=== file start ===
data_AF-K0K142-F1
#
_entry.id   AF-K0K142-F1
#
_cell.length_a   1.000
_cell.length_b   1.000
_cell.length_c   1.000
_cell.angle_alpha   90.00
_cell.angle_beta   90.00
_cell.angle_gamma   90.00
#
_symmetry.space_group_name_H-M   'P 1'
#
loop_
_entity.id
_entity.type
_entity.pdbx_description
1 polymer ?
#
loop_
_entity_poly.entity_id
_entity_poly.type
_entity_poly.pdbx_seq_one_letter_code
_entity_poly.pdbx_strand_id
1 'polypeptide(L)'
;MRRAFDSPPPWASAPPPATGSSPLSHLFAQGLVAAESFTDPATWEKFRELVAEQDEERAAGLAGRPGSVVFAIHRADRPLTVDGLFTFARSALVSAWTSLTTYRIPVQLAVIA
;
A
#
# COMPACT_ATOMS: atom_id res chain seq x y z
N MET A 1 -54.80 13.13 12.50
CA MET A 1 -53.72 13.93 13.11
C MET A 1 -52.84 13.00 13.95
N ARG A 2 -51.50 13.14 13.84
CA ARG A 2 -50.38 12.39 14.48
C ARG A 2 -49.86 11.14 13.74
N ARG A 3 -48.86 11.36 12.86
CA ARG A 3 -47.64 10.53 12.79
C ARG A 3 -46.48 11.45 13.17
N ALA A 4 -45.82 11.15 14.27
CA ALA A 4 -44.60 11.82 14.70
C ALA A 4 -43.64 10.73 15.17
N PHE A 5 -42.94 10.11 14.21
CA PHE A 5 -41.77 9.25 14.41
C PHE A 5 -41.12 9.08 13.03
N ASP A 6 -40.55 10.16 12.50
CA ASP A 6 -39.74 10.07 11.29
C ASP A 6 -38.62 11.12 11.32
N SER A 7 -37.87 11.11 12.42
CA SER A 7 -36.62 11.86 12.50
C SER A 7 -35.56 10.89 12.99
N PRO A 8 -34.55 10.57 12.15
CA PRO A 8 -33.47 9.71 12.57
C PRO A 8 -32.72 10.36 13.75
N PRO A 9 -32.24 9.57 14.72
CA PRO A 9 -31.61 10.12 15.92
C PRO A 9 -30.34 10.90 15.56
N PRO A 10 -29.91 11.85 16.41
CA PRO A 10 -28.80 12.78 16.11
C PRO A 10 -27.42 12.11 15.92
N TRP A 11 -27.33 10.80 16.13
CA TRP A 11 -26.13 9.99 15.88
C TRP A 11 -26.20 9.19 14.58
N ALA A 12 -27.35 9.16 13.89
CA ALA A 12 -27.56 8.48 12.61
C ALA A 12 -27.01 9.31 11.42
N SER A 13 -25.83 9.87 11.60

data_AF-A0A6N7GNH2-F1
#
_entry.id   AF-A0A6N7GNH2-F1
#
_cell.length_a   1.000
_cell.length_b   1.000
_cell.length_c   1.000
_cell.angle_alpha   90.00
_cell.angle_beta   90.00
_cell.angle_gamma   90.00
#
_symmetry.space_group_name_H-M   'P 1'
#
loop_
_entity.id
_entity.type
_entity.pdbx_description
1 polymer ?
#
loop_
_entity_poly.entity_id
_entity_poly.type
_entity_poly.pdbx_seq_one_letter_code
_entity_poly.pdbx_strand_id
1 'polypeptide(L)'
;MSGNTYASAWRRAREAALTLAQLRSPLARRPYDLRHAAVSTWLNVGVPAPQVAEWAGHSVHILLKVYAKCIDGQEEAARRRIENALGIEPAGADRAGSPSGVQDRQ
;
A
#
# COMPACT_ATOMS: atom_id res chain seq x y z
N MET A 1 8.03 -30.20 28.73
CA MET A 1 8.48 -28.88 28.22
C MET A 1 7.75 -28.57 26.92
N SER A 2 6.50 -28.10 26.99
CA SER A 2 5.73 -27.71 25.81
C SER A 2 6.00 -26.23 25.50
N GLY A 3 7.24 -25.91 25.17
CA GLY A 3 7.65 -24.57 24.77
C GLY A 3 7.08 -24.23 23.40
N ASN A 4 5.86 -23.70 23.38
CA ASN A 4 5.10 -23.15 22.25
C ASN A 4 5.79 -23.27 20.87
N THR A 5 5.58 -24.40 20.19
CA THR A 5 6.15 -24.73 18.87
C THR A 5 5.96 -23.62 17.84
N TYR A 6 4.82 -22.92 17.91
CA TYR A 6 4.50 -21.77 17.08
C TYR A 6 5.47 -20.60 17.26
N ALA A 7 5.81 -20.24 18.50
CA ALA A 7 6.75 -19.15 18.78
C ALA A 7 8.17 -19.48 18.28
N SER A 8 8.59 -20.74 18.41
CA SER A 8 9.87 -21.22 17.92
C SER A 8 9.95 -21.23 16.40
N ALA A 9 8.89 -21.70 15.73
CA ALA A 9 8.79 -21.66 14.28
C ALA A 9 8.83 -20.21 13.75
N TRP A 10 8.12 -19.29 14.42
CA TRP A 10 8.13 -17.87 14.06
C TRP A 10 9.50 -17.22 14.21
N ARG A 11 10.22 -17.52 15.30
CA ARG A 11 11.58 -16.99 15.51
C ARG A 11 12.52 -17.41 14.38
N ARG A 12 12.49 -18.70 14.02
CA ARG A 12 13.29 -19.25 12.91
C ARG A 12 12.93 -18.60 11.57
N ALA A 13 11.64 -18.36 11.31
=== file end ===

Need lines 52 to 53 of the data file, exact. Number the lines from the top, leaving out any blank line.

N PRO A 8 -34.55 10.57 12.15
CA PRO A 8 -33.47 9.71 12.57